CHAMPAIGN, lll. - A review of more than 160 studies of human and animal subjects has found "clear and compelling evidence" that - all else being equal - happy people tend to live longer and experience better health than their unhappy peers.

  • Machine learning could solve riddles of galaxy formation

    A new machine-learning simulation system developed at the University of Illinois promises cosmologists an expanded suite of galaxy models – a necessary first step to developing more accurate and relevant insights into the formation of the universe.

  • Structural, regulatory and human error were factors in Washington highway bridge collapse

    When an important bridge collapsed on Interstate 5 near Mount Vernon, Washington, in 2013, questions were raised about how such a catastrophic failure could occur. A new analysis by a team of civil engineering faculty at the University of Illinois at Urbana-Champaign outlines the many factors that led to the collapse, as well as steps that transportation departments can take to prevent such accidents on other bridges of similar design.

  • Feeling anxious? Check your orbitofrontal cortex and cultivate your optimism, study suggests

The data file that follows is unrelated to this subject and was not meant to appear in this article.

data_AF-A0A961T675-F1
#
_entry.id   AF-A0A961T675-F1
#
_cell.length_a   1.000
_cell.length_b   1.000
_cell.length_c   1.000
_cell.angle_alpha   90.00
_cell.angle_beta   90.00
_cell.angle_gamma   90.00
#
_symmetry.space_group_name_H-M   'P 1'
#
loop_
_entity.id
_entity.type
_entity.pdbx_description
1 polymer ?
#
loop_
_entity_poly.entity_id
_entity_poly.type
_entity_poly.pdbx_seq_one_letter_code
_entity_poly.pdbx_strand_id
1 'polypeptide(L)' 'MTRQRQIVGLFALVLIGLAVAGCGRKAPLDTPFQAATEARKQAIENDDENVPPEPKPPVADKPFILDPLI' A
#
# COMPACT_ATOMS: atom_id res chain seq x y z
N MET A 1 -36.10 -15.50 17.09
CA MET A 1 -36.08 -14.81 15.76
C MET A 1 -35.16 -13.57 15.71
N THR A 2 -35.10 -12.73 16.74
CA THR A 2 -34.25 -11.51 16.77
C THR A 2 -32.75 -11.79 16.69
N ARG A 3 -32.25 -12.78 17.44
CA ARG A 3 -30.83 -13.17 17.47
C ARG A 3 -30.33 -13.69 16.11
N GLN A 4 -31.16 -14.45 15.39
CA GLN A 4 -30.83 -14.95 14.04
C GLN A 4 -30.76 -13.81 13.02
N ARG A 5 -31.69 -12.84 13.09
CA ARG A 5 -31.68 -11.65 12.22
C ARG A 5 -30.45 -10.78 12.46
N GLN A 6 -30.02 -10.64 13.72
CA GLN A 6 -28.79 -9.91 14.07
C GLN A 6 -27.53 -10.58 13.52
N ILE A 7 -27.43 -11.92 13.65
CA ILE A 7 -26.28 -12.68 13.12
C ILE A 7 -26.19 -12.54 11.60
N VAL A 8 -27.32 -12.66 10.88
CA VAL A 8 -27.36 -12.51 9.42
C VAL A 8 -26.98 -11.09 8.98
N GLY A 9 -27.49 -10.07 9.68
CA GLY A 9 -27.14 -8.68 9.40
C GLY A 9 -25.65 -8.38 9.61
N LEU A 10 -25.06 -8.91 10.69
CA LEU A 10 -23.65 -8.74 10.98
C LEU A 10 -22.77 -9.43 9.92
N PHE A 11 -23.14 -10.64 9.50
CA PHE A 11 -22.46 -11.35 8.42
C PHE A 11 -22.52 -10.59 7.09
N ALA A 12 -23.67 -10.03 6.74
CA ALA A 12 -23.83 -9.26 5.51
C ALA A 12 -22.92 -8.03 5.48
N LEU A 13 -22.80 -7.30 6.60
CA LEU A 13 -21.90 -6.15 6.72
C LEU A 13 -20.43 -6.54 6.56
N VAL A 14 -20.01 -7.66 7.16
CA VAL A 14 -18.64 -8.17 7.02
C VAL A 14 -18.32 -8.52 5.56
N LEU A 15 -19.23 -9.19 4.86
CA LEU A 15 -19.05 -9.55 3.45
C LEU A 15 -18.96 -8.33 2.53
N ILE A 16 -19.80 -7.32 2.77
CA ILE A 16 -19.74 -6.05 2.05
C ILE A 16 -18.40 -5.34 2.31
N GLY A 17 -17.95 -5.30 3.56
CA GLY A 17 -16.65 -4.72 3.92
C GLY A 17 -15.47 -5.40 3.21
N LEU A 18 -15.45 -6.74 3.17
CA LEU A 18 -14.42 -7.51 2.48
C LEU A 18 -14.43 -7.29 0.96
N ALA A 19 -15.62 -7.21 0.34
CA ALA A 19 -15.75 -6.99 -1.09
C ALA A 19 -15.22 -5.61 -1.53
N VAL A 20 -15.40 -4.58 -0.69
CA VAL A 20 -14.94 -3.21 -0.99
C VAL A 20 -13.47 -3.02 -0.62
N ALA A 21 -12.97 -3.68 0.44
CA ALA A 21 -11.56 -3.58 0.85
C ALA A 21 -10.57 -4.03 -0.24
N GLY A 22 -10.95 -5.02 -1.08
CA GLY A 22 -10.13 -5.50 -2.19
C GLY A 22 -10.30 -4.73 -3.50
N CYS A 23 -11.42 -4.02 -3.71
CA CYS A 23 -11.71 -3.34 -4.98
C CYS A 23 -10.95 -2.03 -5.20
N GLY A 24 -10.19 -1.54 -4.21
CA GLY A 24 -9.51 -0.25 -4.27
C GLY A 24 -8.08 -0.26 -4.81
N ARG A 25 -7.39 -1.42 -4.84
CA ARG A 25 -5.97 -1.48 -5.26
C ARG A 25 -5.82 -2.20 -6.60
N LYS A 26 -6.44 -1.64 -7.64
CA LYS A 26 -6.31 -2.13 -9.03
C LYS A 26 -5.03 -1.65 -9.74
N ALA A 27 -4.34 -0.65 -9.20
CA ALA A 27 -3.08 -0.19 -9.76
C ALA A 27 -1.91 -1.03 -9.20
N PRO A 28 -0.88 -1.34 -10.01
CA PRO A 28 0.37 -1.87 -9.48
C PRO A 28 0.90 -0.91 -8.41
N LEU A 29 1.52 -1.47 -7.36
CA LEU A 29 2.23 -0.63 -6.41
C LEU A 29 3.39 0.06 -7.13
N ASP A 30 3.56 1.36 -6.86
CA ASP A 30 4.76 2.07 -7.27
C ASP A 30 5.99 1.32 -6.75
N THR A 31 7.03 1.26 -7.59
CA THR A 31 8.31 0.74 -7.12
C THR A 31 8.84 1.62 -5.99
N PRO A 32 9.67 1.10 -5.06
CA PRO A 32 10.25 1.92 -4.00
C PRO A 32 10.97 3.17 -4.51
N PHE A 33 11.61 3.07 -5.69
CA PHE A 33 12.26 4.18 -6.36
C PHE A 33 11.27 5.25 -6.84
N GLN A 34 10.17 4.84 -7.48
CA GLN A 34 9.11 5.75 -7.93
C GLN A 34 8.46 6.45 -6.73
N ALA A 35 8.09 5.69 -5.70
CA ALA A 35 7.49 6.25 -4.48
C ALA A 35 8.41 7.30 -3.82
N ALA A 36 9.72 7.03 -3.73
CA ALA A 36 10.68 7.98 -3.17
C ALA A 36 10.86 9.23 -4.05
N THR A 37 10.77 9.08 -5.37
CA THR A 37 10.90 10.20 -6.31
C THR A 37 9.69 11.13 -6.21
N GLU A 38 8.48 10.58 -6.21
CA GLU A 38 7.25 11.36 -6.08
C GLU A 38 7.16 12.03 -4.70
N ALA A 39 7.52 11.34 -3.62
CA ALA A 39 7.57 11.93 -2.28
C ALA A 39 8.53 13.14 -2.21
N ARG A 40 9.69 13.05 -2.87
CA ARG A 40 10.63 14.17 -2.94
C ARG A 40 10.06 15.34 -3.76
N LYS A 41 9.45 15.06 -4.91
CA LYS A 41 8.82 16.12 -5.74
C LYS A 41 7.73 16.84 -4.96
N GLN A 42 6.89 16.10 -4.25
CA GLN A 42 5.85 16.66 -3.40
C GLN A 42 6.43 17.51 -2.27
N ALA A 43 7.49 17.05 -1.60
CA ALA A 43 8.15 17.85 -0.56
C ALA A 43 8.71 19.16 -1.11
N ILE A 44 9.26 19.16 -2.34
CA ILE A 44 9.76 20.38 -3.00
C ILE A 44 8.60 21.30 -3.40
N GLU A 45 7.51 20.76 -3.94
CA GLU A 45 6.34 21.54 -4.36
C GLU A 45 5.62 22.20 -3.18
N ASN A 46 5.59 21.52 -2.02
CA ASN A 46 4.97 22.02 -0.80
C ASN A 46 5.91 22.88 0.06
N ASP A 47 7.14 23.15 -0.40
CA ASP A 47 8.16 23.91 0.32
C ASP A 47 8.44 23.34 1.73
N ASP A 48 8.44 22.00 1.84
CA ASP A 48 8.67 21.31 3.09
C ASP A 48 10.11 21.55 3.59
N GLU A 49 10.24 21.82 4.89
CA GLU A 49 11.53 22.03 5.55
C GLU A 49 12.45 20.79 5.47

A new study links anxiety, a brain structure called the orbitofrontal cortex, and optimism, finding that healthy adults who have larger OFCs tend to be more optimistic and less anxious.

  • Image of Research: You are what you eat

    As a chef-turned-nutritional neuroscientist, I explore how the food we eat impacts the way we think. As a part of my graduate training, I design dietary interventions.

    The “cupcakes” in the image above are actually not cupcakes at all. They’re 90 percent egg powder with a dash of sugar and flour. In academic speak, they’re “tightly controlled isocaloric vessels of lutein that will serve as the intervention of a randomized control trial in preadolescents with below-average retinal lutein levels.”